Verses for Children eBook

This eBook from the Gutenberg Project consists of approximately 69 pages of information about Verses for Children.
this morning,) by
no less a personage than her Most Gracious Majesty THE QUEEN. 
Sleep, Brother Donkeys, sleep!  But I fancy you’re sleeping already,
for you make no reply;
Not a quiver of your ears, not a sign from your motionless drooping
noses, dark against the dusky night sky. 
As black and immovable as the silent fir-trees you solemnly
slumber beneath,
Whilst I wakefully meditate on a glorious past, and painfully ponder
the future, as the dews fall over the Heath.

[Footnote 6:  Heath bed-straw (Galium Saxatile).  This white-flowered
bed-straw grows profusely on Hampstead Heath.]

THE PROMISE.

CHILD.

Five blue eggs hatching,
With bright eyes watching,
Little brown mother, you sit on your nest.

BIRD.

Oh! pass me blindly,
Oh! spare me kindly,
Pity my terror, and leave me to rest.

CHORUS OF CHILDREN.

Hush! hush! hush! 
’Tis a poor mother thrush. 
When the blue eggs hatch, the brown birds will sing—­
This is a promise made in the Spring.

CHILD.

Five speckled thrushes
In leafy bushes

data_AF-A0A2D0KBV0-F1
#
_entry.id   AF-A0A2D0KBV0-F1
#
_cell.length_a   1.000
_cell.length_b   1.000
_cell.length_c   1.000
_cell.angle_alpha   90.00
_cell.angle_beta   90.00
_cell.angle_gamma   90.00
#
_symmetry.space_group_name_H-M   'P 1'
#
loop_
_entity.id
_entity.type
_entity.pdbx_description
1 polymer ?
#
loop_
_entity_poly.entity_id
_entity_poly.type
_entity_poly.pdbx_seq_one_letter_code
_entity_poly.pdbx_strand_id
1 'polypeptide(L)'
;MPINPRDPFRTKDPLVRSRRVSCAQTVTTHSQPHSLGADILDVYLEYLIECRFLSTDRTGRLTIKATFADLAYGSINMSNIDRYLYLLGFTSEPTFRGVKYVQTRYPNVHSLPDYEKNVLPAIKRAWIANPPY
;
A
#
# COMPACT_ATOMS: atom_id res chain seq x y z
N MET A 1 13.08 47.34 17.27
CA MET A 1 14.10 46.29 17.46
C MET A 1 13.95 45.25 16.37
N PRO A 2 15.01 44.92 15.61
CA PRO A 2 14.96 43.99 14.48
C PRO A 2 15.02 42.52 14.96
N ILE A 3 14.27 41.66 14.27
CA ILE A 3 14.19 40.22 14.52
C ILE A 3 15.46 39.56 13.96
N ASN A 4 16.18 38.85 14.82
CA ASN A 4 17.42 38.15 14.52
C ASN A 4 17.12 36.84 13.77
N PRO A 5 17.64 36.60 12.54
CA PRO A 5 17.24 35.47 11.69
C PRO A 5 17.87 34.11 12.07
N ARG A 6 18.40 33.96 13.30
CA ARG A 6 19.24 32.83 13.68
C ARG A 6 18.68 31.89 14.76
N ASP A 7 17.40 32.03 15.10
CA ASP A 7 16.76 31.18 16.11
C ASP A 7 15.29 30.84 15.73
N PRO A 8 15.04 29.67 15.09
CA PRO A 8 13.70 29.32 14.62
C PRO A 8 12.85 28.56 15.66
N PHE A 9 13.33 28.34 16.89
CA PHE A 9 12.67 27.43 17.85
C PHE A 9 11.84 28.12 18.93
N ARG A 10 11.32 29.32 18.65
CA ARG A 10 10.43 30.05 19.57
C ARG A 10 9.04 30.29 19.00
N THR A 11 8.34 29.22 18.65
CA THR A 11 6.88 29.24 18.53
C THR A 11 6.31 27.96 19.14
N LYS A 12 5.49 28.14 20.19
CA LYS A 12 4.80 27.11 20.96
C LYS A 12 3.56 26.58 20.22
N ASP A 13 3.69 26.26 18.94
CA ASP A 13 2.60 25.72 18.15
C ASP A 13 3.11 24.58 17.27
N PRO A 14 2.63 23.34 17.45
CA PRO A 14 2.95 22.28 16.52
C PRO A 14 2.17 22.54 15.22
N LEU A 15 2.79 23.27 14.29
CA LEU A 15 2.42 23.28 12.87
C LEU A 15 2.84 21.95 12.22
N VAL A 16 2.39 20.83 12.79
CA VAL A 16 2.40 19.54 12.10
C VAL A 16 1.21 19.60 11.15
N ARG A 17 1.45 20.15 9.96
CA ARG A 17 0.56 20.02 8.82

Singing sweet songs to the hot Summer sky. 
In and out twitting,
Here and there flitting,
Happy is life as the long days go by.

CHORUS.

Hush! hush! hush! 
’Tis the song of the thrush: 
Hatched are the blue eggs; the brown birds do sing—­
Keeping the promise made in the Spring.

Published in Aunt Judy’s Magazine, July 1866, with music by
Alexander Ewing.

CONVALESCENCE.

Hold my hand, little Sister, and nurse my head, whilst I try to
remember the word,
What was it?—­that the doctor says is now fairly established both
in me and my bird. 
C-O-N-con, with a con, S-T-A-N-stan, with a stan—­No!  That’s
Constantinople, that is
The capital of the country where rhubarb-and-magnesia comes from, and
I wish they would keep it in that country, and not send
it to this. 
C-O-N-con—­how my head swims!  Now I’ve got it! 
C-O-N-V-A-L-E-S-C-E-N-C-E.
Convalescence! And that’s what the doctor says is now fairly
established both in my blackbird and me. 
He says it means that you are better, and that you’ll be well
by and by. 
And so the Sea-captain says, and he says we ought to be friends,
because we’re both convalescents—­at least we’re all three
convalescents, my blackbird, and the Captain and I.
He’s a sea-captain, not a land-captain, but, all the same, he was
in the war,
And he fought,—­for I asked him,—­and he’s been ill ever since, and
that’s why he’s not afloat, but ashore;
And why somebody else has got his ship; and she behaved so beautifully
in the battle, and he loves her quite as much as his wife,
and rather better than the rest of his

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Project Gutenberg
Verses for Children from Project Gutenberg. Public domain.
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